flow/frame identifiers. The flows JSON descriptors may be cached in SPF read service 1006 to reduce latency.
 Domains 1020 may determine other components or data substituted into the particular flow. For example, a user service API call of domains 1020 may determine a billing address is required for the “add card” flow. This allows for calls to external resources and data mining that is specific to certain domains associated with domain extension service 1016. Thus, domain extension service 1016 provides the domain specific calls and fetches data for a domain instead of having the SPF read service 1006 be domain specific. Once the particular flow and frames are ready to be consumed and presented on a client device (e.g., through web application 1008a or mobile application 1008b), the flow and frames of the UI are provided to the client device. Additionally, all dynamic placeholders are replaced with the actual values fetched from one or more resources. Thus, the UI is driven from the server to the client when the client navigates to a frame of a UI. The client-side SDKs are then responsible for presenting the frames of the UI based on the flow. The client-side SPF client SDK 1012a or 1012b may then take care of presenting the frames using component library 1014a or 1014b, respectively. These SPF client SDKs 1012a or 1012b therefore takes care of presenting the flow, executing all actions and validations of the flow, and then renders the frame using component library 1014a or 1014b. Component library 1014a or 1014b corresponds to a library that has all the components registered and implemented. Component library 1014a or 1014b corresponds to reusable standardized components that may be used to render data within a frame. However, third parties may also register and present components for UIs.
 In some embodiments, additional elements may be utilized in order to provide the server-driven UI. For example, ELMO may correspond to internal system which provides services for experimentation (e.g., Ramp, A/B testing, etc.). In context of the SPF of system 200, ELMO may provide SPF users with the ability to A/B test frames and flows of a UI, as well as and component variations of the UI using ELMO experimentation platform. A personalization service may also correspond to an internal service that provides the ability to personalize a UI experience by showing different variations of UI to different segments of users. This allows users to configure several decision rules for showing a particular variation of a UI to a customer, user, or the like. In context of the SPF in system 200, this provides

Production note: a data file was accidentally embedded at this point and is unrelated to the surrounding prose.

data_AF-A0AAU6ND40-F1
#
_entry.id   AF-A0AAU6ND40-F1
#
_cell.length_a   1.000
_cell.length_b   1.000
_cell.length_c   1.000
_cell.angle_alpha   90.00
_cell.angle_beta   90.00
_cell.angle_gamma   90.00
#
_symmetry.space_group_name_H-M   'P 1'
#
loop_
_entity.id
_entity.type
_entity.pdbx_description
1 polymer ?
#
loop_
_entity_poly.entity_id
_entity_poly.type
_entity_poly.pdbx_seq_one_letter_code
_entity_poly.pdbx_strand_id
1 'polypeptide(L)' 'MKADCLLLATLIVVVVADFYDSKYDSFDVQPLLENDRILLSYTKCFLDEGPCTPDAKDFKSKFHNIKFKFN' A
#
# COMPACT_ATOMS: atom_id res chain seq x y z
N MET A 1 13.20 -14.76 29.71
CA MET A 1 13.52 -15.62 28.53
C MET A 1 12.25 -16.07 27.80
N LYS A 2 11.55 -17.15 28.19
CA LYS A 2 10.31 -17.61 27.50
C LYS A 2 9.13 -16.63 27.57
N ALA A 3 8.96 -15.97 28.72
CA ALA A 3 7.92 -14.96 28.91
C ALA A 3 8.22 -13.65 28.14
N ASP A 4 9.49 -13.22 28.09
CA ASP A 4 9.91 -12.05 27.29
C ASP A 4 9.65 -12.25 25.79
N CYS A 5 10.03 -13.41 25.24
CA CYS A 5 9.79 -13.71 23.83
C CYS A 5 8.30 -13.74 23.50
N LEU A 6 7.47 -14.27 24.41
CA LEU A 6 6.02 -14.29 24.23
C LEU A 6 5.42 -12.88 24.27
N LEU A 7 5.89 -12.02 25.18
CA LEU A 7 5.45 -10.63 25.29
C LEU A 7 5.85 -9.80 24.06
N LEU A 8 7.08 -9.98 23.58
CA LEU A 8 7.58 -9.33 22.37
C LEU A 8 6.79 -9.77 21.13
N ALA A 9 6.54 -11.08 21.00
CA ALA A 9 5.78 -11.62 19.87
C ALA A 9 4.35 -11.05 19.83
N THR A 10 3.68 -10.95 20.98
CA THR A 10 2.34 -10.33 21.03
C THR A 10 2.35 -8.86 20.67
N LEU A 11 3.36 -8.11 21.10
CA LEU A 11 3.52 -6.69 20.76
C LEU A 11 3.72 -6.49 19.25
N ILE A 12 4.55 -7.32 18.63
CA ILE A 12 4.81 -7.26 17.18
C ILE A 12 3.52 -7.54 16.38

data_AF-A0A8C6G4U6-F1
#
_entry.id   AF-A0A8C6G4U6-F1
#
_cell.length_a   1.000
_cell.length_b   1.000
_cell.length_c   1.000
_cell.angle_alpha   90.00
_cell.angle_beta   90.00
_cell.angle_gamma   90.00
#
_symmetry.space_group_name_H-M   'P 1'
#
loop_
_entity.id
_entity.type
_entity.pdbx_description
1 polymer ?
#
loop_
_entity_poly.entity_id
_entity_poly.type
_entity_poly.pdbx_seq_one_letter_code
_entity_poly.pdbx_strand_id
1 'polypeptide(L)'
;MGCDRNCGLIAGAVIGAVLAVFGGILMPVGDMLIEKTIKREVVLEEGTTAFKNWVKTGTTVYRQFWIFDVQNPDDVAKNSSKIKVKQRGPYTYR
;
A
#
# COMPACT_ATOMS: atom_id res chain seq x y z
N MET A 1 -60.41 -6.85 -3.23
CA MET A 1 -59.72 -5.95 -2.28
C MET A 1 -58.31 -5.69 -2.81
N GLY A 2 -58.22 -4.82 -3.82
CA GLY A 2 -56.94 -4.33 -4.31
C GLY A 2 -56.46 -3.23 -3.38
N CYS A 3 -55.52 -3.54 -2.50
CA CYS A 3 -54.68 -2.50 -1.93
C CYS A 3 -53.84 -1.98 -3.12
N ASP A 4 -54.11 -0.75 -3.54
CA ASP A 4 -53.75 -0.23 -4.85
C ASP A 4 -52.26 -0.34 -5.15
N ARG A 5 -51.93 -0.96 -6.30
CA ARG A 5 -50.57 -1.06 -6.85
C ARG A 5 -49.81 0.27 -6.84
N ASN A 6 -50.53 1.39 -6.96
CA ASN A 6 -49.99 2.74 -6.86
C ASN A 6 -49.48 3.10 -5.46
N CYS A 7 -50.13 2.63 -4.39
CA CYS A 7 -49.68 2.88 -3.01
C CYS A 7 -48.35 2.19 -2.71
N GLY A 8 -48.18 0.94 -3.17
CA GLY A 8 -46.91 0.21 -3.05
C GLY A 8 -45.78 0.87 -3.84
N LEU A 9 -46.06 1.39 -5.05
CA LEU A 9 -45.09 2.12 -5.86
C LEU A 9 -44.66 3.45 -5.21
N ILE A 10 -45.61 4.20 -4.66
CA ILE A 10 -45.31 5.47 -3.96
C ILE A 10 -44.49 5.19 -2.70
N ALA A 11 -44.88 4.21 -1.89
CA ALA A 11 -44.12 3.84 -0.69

personalization capabilities in frames/flows. Content service may correspond to an internal service which provides APIs to create and retrieve content. The content stored in source locale (e.g., en_US) may be localized by an automated localization workflow (e.g., Smartling in system 200). Once the localization is complete the target locales (e.g., fr_US) may be retrieved using the GET APIs provided by the content service.
 FIG. 3A is a first exemplary interface for dynamically displaying interface data via a server within a device application, according to an embodiment. Environment 300a includes an interface displayed by a device, such as client device 110 in system 100 of FIG. 1. In this regard, the interface may be displayed through a frame 1102 and a frame 1104 that are displayed in an order for a flow 1100.
 In frame 1102 of flow 1100 for the interface, a container is shown having a layout of arrangement of atomic components provided by a service provider when generating a server-driven UI for an application. For example, frame 1102 includes a displayable component 1104 and an operational component 1106. Displayable component 1104 may include some text, image, or other displayable data to a user, which may be static or dynamic data. For example, static data may be stored in a database of a service provider or linked to another resource, while dynamic data may be fetched when the UI is presented and may change depending on the underlying data. Components in frame 1002 may also be associated with underlying operations, which include navigations to different frames (e.g., frame 1104 based on flow 1100), entry of input into fields, and/or data processing requests for input data, selections, or other information provided by a user viewing frame 1102. For example, operational component 1106 provides an interface element or component that allows for a request to “add a card” such as through other data entered to the fields shown in frame 1102. Operational component 1106 may correspond to an action trigger that, on-click or selection, is linked to a backend add card and validate card action with the service provider’s servers. This allows for validation of all the fields in the form of frame 1102. Thus, the first action may be to validate the data, only after which does flow 1100 proceed to frame 1104. If the card data cannot be validated, a different frame based on the invalid data may be presented for a corresponding sub-flow. If all fields are validated, then the action for operational component 1106 may collect the data in the fields in a schema that is acceptable to the service provider servers and submit the payload to the server for processing. Thereafter, further processes may be